As a Californian teenager, Julie Felix – who has died aged 81 – never imagined herself becoming a folk singer, but her guitar became a handy tool for expanding her social life, getting her into Santa Barbara’s fancier parties and coffee houses: “I ended up at the Unicorn in Hollywood where I sang Spanish songs, Michael Row The Boat Ashore, some Burl Ives. It wasn’t serious, but I got free beer.”
With long dark hair and mixed ancestry (Latin American on her father’s side, Native American and Welsh on her mother’s) she had the perfect beatnik look, and a trek around Europe in the early 60s eventually led her to become a long-term UK resident, ending up with two BBC TV series of her own.
In America, where she returned in the 1980s, her name meant nothing, and the anonymity suited her. The folk revival of the 2000s saw Julie Felix touring Britain again, though she would keep her best-known song Going to the Zoo under wraps unless there were children in the room: “I was singing this song in 1967,” she would laugh. “I’ll be singing this song all the way to Heaven.” Her unpretentious approach to music would lead to a varied career with plenty of unexpected gems in her catalogue, like these.
Though the Topic and Transatlantic labels were hip to the Soho folk revolution in 1964, the major labels were largely ignorant. Faced with Julie Felix’s debut album, her label Decca were initially wondering whether it should be marketed as classical or pop. A time capsule mix of old folk tunes and new, her uplifting and rather naive take on Ian Tyson’s Someday Soon was a highlight, and it became her first single.
“All I want is a good sound system” – if she had kept her folkie powder dry, Julie Felix could have been launched as an entirely different kind of singer in the 70s. This confident, self-penned chunk of leftfield glam has her daydreaming about holidaying in Spain: “I could take my synthesiser and a car full of booze.”
For her second Decca album in 1965, Felix had travelled to folk clubs around Britain to find untried writers with fresh material. Written by Devon’s Dave Evans, who went on to record two fine albums for Village Thing, The Road Makers was written about the Honiton bypass, though it reminded Julie of the destruction of Santa Barbara’s rather more exotic avocado orchards. “I’d hitch hike around Britain, people would put me up on the couch. It was like the dark ages back then – outside loos, no fridges! But you miss local colour when you reach the higher echelons, and I wanted to make my contribution to British folk music.”
A most peculiar Peggy Seeger song, with a similar finger-clicking minimalist sound to Peggy Lee’s Fever, it’s hard to tell if it’s an askew take on racism (“Never trust the Martian race!”) or a dig at the possible follies of space travel – “My cosmic husband died of mumps a hundred years ago,” sings the now-centuries old widow at the end. Either way, it’s a lot of fun, and would have fitted The Muppet Show to a tee.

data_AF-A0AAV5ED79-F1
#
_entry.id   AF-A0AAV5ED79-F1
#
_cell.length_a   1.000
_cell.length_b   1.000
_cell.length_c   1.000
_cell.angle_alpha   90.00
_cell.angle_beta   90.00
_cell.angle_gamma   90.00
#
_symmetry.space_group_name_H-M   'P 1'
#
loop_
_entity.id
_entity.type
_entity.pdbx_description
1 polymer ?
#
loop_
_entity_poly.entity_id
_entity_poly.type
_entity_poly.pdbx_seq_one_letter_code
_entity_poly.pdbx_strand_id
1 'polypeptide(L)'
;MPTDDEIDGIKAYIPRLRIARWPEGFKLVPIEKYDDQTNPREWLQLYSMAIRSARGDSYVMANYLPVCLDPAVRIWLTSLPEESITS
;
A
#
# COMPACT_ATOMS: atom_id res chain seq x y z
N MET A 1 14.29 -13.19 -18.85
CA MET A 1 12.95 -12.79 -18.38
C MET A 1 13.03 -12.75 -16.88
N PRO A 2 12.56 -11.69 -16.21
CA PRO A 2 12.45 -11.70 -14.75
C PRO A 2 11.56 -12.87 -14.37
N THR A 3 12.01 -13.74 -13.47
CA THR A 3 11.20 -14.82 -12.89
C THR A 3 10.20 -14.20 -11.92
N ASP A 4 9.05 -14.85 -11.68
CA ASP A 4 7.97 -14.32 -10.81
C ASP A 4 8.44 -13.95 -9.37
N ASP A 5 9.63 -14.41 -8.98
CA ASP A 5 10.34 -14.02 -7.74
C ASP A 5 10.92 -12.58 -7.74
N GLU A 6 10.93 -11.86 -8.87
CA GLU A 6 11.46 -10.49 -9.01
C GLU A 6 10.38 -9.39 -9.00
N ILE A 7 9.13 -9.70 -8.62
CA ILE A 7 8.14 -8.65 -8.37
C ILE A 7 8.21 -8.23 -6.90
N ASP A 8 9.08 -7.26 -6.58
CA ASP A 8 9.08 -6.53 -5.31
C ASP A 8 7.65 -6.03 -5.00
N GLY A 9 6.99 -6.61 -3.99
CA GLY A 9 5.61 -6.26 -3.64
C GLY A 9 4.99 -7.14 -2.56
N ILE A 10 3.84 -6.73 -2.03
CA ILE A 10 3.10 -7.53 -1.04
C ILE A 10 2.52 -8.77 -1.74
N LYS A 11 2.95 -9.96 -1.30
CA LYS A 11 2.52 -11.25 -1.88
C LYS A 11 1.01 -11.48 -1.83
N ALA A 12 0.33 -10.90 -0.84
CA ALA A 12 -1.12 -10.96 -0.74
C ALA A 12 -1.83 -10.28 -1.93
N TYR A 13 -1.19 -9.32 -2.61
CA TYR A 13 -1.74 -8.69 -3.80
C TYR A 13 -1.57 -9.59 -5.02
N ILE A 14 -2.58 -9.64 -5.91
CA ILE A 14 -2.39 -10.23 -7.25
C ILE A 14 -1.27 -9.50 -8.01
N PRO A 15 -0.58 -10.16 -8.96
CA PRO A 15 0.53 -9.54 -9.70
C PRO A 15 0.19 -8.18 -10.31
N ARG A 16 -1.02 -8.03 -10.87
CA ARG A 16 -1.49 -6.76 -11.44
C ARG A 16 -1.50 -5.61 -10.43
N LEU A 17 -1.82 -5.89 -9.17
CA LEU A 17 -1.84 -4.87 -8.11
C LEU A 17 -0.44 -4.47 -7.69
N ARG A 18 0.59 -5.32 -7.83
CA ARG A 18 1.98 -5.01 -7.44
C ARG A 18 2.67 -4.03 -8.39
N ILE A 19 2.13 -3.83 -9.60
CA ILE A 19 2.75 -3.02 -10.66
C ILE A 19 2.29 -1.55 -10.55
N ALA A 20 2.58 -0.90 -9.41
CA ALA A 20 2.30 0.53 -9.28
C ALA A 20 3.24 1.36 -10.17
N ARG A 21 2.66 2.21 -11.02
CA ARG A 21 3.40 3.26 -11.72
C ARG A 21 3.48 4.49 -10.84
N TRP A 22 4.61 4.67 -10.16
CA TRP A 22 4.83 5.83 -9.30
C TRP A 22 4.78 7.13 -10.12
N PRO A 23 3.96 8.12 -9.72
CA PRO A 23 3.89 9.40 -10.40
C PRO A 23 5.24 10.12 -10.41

A decidedly funky version – though it is a decidedly British kind of funkiness – of the song that is now possibly as associated with Margaret Thatcher as it is Judy Garland. Recorded in 1968, it was floor-friendly enough to have been played out by DJ Martin Green at his legendary Britpop club Smashing.
The song most associated with Julie Felix was this pretty irresistible Tom Paxton children’s song, a regular car singalong for families in the 1960s and 70s. Initially its impact was down to appearances on The Frost Report where Felix had become the resident singer (she had met David Frost in a lift on the way to a launch party for Someday Soon) but it had an afterlife with almost weekly plays on Radio 1’s Junior Choice. It was still getting regular plays – with unlikely bedfellows like Adam & the Ants’ Stand and Deliver – after Tony Blackburn took over the show in the early 80s.
A Donovan song about a Borstal escapee which was given a terrific, brass-driven workout on her 1968 This World Goes Round and Round album. Coming from a Californian, its everyday Englishness – “over double eggs, chips and beans they made a solemn vow” – sounds especially endearing.
In spite of her national fame, Felix never had a hit single in the 60s. Mickie Most, on the other hand – with the Animals, Herman’s Hermits and Donovan – couldn’t stop having hits, so when the pair teamed up on his RAK label in 1970, Felix was fast-tracked to Top of the Pops appearances. This gentle guitar and sitar-led Top 30 hit was written by Errol Brown and Tony Wilson, a year after they had formed Hot Chocolate.
Another Donovan song, Snakeskin has the same loose, chunky groove as his Barabajagal, which in turn had borrowed its clothes from Sympathy for the Devil. Following Heaven is Here and a Top 20 hit with a version of Simon & Garfunkel’s El Condor Pasa, it was an impressive but possibly confusing step forward, and it flopped. That would be the end of Julie’s brush with the charts.
The 2018 album Rock Me Goddess was released just before Felix turned 80, though you’d not know it from her voice, which was a little deeper but otherwise hardly changed by age. A stand-out was this Latin-flavoured hand-clapper, with a chorus in Spanish, which nailed her colours to Labour’s mast: “I still believe in democracy, that’s why I’m voting for Jeremy.”
Felix first met Leonard Cohen on Hydra during a duffle-bag hike around Europe in 1962; they struck up a fast friendship before she moved on to Germany and, eventually, England, but they stayed friends for life. She released this song as a single in 1968, when Cohen was still far better known in Britain as a poet. At David Frost’s prompting, the BBC had given her a show, Once More with Felix, which ran for three years at the end of the 60s – her guests included Cohen, who made his British TV debut singing Hey That’s No Way to Say Goodbye as a duet with her.